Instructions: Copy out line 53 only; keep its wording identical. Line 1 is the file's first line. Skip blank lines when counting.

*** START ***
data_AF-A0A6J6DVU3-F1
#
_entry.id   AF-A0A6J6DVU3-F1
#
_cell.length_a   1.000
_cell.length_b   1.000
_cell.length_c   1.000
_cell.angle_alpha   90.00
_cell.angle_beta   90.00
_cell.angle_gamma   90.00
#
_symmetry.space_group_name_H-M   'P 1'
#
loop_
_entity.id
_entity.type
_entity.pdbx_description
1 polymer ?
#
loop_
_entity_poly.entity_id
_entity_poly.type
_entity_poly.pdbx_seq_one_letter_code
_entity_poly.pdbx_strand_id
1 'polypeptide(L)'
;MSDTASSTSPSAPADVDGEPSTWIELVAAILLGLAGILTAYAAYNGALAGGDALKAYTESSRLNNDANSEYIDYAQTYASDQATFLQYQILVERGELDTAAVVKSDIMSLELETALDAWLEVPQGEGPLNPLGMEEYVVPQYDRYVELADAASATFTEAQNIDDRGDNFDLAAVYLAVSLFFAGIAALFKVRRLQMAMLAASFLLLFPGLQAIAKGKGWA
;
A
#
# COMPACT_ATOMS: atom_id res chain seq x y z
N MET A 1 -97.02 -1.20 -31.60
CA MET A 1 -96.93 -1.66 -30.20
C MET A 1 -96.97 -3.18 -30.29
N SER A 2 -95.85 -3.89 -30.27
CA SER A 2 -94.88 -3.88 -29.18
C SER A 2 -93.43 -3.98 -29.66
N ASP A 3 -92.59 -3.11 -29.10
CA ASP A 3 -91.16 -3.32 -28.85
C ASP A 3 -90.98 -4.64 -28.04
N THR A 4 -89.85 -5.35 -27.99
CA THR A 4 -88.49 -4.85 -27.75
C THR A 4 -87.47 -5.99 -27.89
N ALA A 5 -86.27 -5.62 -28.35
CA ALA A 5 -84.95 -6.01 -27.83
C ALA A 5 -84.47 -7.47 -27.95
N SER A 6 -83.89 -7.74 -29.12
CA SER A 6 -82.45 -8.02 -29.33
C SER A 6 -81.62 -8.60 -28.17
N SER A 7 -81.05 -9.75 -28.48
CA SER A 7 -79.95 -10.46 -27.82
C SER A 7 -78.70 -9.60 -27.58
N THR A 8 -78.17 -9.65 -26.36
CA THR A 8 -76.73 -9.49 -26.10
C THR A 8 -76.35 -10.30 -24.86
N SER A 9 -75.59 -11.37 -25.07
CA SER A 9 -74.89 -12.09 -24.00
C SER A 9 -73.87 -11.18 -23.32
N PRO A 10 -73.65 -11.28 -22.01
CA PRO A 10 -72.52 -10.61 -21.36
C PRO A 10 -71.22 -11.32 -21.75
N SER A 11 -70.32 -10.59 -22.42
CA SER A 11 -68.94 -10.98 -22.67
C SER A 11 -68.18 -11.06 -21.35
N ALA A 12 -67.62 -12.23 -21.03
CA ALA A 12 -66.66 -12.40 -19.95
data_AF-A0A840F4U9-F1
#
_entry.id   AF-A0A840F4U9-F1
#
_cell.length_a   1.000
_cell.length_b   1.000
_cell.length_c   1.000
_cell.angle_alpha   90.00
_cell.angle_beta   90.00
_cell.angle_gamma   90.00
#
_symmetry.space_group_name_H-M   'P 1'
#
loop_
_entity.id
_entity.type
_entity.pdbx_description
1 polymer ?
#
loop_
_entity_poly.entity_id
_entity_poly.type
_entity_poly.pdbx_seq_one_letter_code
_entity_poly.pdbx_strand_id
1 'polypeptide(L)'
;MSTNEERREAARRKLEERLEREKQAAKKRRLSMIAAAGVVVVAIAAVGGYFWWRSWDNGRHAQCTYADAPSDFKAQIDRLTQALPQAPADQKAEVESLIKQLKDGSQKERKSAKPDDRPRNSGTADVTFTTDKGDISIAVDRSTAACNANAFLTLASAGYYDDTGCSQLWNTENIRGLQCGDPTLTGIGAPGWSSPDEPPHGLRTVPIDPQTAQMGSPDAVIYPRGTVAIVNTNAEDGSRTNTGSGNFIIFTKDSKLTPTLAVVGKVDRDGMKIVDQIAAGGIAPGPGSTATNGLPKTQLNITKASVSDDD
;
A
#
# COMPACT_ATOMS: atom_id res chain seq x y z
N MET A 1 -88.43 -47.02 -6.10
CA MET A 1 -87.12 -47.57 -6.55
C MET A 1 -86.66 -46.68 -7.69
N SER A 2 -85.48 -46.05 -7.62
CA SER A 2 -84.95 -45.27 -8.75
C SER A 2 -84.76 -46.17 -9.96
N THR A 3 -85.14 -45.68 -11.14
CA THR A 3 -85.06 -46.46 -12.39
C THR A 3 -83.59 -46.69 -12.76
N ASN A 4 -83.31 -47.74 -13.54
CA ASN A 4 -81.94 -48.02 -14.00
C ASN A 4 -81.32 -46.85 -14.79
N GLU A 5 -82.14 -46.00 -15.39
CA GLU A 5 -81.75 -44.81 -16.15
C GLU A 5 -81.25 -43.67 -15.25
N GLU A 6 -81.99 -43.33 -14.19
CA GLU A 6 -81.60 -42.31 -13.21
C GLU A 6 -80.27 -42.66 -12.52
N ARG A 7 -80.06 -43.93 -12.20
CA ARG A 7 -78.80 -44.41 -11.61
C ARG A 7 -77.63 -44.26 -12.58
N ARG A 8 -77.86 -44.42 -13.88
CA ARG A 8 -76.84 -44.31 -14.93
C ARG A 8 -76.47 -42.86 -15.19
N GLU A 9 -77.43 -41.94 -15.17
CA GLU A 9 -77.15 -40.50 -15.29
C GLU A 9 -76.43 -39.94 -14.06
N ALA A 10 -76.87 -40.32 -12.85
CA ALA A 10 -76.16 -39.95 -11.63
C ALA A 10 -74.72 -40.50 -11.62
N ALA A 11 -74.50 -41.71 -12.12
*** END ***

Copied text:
CA THR A 8 -76.73 -9.49 -26.10